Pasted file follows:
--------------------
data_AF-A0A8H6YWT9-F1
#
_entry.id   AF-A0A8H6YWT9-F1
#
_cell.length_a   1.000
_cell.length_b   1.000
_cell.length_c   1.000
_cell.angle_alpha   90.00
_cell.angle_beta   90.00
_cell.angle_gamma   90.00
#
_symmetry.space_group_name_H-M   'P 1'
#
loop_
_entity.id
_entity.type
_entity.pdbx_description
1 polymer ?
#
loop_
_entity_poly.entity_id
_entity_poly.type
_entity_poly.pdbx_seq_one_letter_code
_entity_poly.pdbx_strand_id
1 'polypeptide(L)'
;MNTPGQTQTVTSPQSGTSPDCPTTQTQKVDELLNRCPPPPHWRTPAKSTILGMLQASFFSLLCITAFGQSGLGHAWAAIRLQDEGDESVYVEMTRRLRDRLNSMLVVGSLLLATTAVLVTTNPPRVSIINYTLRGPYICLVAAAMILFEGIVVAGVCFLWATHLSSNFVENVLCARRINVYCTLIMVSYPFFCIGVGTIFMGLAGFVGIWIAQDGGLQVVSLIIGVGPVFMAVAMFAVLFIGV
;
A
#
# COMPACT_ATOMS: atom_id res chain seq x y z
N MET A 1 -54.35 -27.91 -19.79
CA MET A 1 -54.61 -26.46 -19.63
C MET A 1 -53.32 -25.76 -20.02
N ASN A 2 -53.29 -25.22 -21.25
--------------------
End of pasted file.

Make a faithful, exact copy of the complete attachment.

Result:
data_AF-A0A8H6YWT9-F1
#
_entry.id   AF-A0A8H6YWT9-F1
#
_cell.length_a   1.000
_cell.length_b   1.000
_cell.length_c   1.000
_cell.angle_alpha   90.00
_cell.angle_beta   90.00
_cell.angle_gamma   90.00
#
_symmetry.space_group_name_H-M   'P 1'
#
loop_
_entity.id
_entity.type
_entity.pdbx_description
1 polymer ?
#
loop_
_entity_poly.entity_id
_entity_poly.type
_entity_poly.pdbx_seq_one_letter_code
_entity_poly.pdbx_strand_id
1 'polypeptide(L)'
;MNTPGQTQTVTSPQSGTSPDCPTTQTQKVDELLNRCPPPPHWRTPAKSTILGMLQASFFSLLCITAFGQSGLGHAWAAIRLQDEGDESVYVEMTRRLRDRLNSMLVVGSLLLATTAVLVTTNPPRVSIINYTLRGPYICLVAAAMILFEGIVVAGVCFLWATHLSSNFVENVLCARRINVYCTLIMVSYPFFCIGVGTIFMGLAGFVGIWIAQDGGLQVVSLIIGVGPVFMAVAMFAVLFIGV
;
A
#
# COMPACT_ATOMS: atom_id res chain seq x y z
N MET A 1 -54.35 -27.91 -19.79
CA MET A 1 -54.61 -26.46 -19.63
C MET A 1 -53.32 -25.76 -20.02
N ASN A 2 -53.29 -25.22 -21.25